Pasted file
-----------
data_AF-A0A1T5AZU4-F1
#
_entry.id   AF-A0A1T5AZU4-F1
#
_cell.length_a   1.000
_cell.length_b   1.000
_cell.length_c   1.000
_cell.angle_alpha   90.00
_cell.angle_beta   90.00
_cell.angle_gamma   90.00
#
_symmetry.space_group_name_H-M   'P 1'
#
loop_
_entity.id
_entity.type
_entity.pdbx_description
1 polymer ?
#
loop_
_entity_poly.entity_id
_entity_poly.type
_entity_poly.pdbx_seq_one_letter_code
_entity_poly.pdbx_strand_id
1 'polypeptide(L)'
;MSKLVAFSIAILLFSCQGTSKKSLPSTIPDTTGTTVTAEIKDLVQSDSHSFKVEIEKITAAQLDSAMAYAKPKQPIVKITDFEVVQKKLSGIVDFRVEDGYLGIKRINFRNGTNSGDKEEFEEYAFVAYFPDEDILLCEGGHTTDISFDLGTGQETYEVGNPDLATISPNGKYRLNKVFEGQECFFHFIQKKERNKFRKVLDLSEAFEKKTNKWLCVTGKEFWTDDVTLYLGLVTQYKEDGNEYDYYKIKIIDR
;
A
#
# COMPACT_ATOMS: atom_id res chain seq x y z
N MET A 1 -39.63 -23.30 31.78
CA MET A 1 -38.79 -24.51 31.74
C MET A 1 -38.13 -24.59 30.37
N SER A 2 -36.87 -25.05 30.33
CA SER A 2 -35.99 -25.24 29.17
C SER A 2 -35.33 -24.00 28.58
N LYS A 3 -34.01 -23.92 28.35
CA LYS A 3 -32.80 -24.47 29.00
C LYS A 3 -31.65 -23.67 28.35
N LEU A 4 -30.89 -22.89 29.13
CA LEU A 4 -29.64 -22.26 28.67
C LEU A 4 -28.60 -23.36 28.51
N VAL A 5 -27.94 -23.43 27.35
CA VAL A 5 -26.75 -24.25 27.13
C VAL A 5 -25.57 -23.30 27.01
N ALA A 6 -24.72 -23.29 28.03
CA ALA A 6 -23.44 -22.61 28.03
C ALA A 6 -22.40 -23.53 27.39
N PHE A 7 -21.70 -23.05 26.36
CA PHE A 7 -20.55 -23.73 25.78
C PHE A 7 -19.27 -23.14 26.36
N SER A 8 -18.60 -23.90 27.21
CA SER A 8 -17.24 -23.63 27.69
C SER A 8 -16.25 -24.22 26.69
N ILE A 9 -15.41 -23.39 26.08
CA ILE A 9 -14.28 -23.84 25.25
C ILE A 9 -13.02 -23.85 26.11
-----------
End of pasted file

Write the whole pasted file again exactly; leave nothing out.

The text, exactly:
data_AF-A0A1T5AZU4-F1
#
_entry.id   AF-A0A1T5AZU4-F1
#
_cell.length_a   1.000
_cell.length_b   1.000
_cell.length_c   1.000
_cell.angle_alpha   90.00
_cell.angle_beta   90.00
_cell.angle_gamma   90.00
#
_symmetry.space_group_name_H-M   'P 1'
#
loop_
_entity.id
_entity.type
_entity.pdbx_description
1 polymer ?
#
loop_
_entity_poly.entity_id
_entity_poly.type
_entity_poly.pdbx_seq_one_letter_code
_entity_poly.pdbx_strand_id
1 'polypeptide(L)'
;MSKLVAFSIAILLFSCQGTSKKSLPSTIPDTTGTTVTAEIKDLVQSDSHSFKVEIEKITAAQLDSAMAYAKPKQPIVKITDFEVVQKKLSGIVDFRVEDGYLGIKRINFRNGTNSGDKEEFEEYAFVAYFPDEDILLCEGGHTTDISFDLGTGQETYEVGNPDLATISPNGKYRLNKVFEGQECFFHFIQKKERNKFRKVLDLSEAFEKKTNKWLCVTGKEFWTDDVTLYLGLVTQYKEDGNEYDYYKIKIIDR
;
A
#
# COMPACT_ATOMS: atom_id res chain seq x y z
N MET A 1 -39.63 -23.30 31.78
CA MET A 1 -38.79 -24.51 31.74
C MET A 1 -38.13 -24.59 30.37
N SER A 2 -36.87 -25.05 30.33
CA SER A 2 -35.99 -25.24 29.17
C SER A 2 -35.33 -24.00 28.58
N LYS A 3 -34.01 -23.92 28.35
CA LYS A 3 -32.80 -24.47 29.00
C LYS A 3 -31.65 -23.67 28.35
N LEU A 4 -30.89 -22.89 29.13
CA LEU A 4 -29.64 -22.26 28.67
C LEU A 4 -28.60 -23.36 28.51
N VAL A 5 -27.94 -23.43 27.35
CA VAL A 5 -26.75 -24.25 27.13
C VAL A 5 -25.57 -23.30 27.01
N ALA A 6 -24.72 -23.29 28.03
CA ALA A 6 -23.44 -22.61 28.03
C ALA A 6 -22.40 -23.53 27.39
N PHE A 7 -21.70 -23.05 26.36
CA PHE A 7 -20.55 -23.73 25.78
C PHE A 7 -19.27 -23.14 26.36
N SER A 8 -18.60 -23.90 27.21
CA SER A 8 -17.24 -23.63 27.69
C SER A 8 -16.25 -24.22 26.69
N ILE A 9 -15.41 -23.39 26.08
CA ILE A 9 -14.28 -23.84 25.25
C ILE A 9 -13.02 -23.85 26.11